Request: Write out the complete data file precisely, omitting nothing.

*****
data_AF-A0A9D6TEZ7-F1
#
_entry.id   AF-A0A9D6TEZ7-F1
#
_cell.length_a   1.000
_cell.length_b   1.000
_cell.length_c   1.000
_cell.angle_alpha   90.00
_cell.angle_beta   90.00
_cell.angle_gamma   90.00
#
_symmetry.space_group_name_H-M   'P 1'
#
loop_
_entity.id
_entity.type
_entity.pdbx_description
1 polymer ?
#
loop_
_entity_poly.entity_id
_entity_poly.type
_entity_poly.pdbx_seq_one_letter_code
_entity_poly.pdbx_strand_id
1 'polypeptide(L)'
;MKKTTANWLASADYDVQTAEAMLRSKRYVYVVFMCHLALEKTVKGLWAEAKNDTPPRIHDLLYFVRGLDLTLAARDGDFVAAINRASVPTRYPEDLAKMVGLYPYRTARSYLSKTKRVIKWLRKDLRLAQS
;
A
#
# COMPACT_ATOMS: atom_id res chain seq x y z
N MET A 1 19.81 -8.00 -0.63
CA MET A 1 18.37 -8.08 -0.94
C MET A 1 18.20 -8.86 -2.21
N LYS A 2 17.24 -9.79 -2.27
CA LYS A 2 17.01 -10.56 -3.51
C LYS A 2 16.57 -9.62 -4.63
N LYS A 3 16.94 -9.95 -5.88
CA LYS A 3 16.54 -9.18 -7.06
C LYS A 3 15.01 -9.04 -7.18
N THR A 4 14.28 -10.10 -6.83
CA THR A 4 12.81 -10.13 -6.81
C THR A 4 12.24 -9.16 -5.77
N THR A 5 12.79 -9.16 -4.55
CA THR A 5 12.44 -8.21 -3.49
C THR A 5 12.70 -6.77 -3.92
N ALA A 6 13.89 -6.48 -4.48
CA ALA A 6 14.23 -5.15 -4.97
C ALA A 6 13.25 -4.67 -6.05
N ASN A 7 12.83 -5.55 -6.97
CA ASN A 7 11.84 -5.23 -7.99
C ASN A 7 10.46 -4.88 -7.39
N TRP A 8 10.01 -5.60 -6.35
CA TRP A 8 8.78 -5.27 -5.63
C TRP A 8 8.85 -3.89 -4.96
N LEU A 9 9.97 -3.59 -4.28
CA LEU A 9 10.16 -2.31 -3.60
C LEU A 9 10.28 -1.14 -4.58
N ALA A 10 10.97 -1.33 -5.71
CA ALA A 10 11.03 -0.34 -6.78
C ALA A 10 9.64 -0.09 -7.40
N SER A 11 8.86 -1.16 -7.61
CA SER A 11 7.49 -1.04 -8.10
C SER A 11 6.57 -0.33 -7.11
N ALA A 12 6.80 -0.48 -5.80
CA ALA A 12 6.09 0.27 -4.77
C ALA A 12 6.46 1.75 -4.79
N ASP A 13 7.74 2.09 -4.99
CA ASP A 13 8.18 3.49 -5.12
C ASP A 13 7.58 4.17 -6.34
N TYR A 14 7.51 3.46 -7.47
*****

data_AF-A0A9D6TEZ7-F1
#
_entry.id   AF-A0A9D6TEZ7-F1
#
_cell.length_a   1.000
_cell.length_b   1.000
_cell.length_c   1.000
_cell.angle_alpha   90.00
_cell.angle_beta   90.00
_cell.angle_gamma   90.00
#
_symmetry.space_group_name_H-M   'P 1'
#
loop_
_entity.id
_entity.type
_entity.pdbx_description
1 polymer ?
#
loop_
_entity_poly.entity_id
_entity_poly.type
_entity_poly.pdbx_seq_one_letter_code
_entity_poly.pdbx_strand_id
1 'polypeptide(L)'
;MKKTTANWLASADYDVQTAEAMLRSKRYVYVVFMCHLALEKTVKGLWAEAKNDTPPRIHDLLYFVRGLDLTLAARDGDFVAAINRASVPTRYPEDLAKMVGLYPYRTARSYLSKTKRVIKWLRKDLRLAQS
;
A
#
# COMPACT_ATOMS: atom_id res chain seq x y z
N MET A 1 19.81 -8.00 -0.63
CA MET A 1 18.37 -8.08 -0.94
C MET A 1 18.20 -8.86 -2.21
N LYS A 2 17.24 -9.79 -2.27
CA LYS A 2 17.01 -10.56 -3.51
C LYS A 2 16.57 -9.62 -4.63
N LYS A 3 16.94 -9.95 -5.88
CA LYS A 3 16.54 -9.18 -7.06
C LYS A 3 15.01 -9.04 -7.18
N THR A 4 14.28 -10.10 -6.83
CA THR A 4 12.81 -10.13 -6.81
C THR A 4 12.24 -9.16 -5.77
N THR A 5 12.79 -9.16 -4.55
CA THR A 5 12.44 -8.21 -3.49
C THR A 5 12.70 -6.77 -3.92
N ALA A 6 13.89 -6.48 -4.48
CA ALA A 6 14.23 -5.15 -4.97
C ALA A 6 13.25 -4.67 -6.05
N ASN A 7 12.83 -5.55 -6.97
CA ASN A 7 11.84 -5.23 -7.99
C ASN A 7 10.46 -4.88 -7.39
N TRP A 8 10.01 -5.60 -6.35
CA TRP A 8 8.78 -5.27 -5.63
C TRP A 8 8.85 -3.89 -4.96
N LEU A 9 9.97 -3.59 -4.28
CA LEU A 9 10.16 -2.31 -3.60
C LEU A 9 10.28 -1.14 -4.58
N ALA A 10 10.97 -1.33 -5.71
CA ALA A 10 11.03 -0.34 -6.78
C ALA A 10 9.64 -0.09 -7.40
N SER A 11 8.86 -1.16 -7.61
CA SER A 11 7.49 -1.04 -8.10
C SER A 11 6.57 -0.33 -7.11
N ALA A 12 6.80 -0.48 -5.80
CA ALA A 12 6.09 0.27 -4.77
C ALA A 12 6.46 1.75 -4.79
N ASP A 13 7.74 2.09 -4.99
CA ASP A 13 8.18 3.49 -5.12
C ASP A 13 7.58 4.17 -6.34
N TYR A 14 7.51 3.46 -7.47